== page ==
An esophagectomy (i.e. the surgical removal of the esophagus) is a complex operation and can be performed using various techniques. Anastomotic leakage, leakage of the new connection (anastomosis) between the remnant esophagus and surgically altered stomach, is a severe complication after this procedure.
The first part of this thesis shows that an anastomosis in the chest is associated with a lower incidence of anastomotic leakage and other severe complications, a shorter hospital length of stay and a better quality of life as compared to an anastomosis in the neck.
In the second part of this thesis, data is presented showing that the sequelae of an anastomotic leakage in the neck is generally less severe than an anastomotic leakage in the chest. This thesis also shows that there is no robust evidence for a uniform treatment strategy for anastomotic leakage and investigates how this can be handled in the future.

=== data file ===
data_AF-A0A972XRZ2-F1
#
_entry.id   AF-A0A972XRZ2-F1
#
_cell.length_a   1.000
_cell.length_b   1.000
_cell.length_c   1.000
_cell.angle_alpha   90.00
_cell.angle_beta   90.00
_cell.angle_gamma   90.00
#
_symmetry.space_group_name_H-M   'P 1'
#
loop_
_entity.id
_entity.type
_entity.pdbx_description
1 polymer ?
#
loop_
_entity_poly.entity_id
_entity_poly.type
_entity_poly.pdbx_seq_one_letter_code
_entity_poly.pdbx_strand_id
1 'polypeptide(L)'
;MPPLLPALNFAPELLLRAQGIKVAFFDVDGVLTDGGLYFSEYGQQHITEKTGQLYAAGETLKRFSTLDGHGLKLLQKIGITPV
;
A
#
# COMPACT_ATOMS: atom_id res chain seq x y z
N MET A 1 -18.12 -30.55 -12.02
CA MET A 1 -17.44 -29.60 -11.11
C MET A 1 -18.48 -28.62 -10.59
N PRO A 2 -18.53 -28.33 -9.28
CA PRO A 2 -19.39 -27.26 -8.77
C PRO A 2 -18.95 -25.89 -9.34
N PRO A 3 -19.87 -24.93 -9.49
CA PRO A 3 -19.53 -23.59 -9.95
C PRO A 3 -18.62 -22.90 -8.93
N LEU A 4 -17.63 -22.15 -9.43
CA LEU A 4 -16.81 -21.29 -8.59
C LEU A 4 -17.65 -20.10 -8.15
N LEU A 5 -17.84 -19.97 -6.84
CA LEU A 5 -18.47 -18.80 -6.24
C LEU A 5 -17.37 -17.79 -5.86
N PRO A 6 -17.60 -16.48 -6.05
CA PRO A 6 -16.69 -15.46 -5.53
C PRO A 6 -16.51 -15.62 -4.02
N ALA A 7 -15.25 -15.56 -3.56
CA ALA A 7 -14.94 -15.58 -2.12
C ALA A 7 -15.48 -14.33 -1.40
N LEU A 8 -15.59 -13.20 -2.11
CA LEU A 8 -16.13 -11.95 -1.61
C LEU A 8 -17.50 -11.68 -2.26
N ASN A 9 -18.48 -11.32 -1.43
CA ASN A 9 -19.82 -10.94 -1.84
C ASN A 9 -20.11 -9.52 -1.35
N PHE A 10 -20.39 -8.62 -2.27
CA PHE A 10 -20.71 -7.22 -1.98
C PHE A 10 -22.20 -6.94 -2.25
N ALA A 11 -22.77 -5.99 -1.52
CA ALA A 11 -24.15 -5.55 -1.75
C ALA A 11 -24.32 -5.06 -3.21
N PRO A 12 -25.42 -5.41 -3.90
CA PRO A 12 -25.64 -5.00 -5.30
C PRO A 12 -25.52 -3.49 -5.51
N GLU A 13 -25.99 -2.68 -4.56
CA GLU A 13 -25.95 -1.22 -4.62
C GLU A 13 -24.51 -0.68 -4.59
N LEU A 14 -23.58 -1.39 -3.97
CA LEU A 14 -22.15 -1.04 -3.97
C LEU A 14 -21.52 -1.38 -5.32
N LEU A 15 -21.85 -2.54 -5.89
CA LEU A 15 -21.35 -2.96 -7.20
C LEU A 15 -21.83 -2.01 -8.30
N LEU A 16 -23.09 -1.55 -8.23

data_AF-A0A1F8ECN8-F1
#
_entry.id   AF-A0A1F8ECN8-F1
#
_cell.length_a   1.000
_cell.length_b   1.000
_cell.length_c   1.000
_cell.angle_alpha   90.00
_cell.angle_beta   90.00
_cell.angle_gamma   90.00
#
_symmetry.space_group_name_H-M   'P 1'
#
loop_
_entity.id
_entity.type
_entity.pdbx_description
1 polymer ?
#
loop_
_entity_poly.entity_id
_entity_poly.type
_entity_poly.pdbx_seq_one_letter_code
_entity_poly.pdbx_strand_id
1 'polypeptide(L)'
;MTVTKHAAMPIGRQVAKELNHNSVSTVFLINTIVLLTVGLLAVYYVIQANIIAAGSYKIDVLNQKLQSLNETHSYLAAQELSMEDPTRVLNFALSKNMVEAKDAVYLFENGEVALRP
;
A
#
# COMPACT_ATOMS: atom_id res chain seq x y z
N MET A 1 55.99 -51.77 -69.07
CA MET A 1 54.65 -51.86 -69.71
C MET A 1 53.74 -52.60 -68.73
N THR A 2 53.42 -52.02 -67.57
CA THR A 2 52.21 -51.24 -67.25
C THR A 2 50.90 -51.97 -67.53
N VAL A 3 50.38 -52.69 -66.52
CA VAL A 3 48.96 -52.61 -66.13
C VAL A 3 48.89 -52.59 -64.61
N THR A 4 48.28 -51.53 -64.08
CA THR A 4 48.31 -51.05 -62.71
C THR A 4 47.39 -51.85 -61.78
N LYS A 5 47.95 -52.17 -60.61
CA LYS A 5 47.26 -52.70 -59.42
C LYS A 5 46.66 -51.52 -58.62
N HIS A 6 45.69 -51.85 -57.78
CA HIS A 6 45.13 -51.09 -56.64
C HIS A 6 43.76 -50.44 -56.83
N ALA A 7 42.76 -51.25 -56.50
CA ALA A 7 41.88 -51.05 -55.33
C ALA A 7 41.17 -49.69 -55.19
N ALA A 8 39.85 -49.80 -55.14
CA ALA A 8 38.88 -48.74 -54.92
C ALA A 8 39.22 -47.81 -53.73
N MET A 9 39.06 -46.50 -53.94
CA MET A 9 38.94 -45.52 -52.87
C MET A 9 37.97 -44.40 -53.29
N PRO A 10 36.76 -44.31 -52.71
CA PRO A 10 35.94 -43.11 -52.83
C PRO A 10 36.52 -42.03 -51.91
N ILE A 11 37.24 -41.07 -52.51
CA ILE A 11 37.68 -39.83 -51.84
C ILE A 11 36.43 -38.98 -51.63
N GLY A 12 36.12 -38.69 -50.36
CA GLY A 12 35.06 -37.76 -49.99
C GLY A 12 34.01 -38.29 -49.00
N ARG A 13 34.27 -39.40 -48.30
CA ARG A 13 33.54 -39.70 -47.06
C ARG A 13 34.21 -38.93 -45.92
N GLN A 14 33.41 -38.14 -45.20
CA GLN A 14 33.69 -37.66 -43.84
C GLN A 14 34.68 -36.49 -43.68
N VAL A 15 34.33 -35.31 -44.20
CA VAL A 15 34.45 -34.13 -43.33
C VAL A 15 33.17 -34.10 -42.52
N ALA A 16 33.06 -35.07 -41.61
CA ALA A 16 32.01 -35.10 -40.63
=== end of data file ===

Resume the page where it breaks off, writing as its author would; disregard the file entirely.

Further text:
Moniek Verstegen (1992) obtained her Master’s degree in Medicine at the Radboud University in 2017 and started working as a PhD student at the Radboudumc in Nijmegen. At the same time, she worked as a surgical resident not in training at the Radboudumc and Imperial College London NHS Trust. Currently, she works as a surgical trainee at the Slingeland Ziekenhuis in Doetinchem.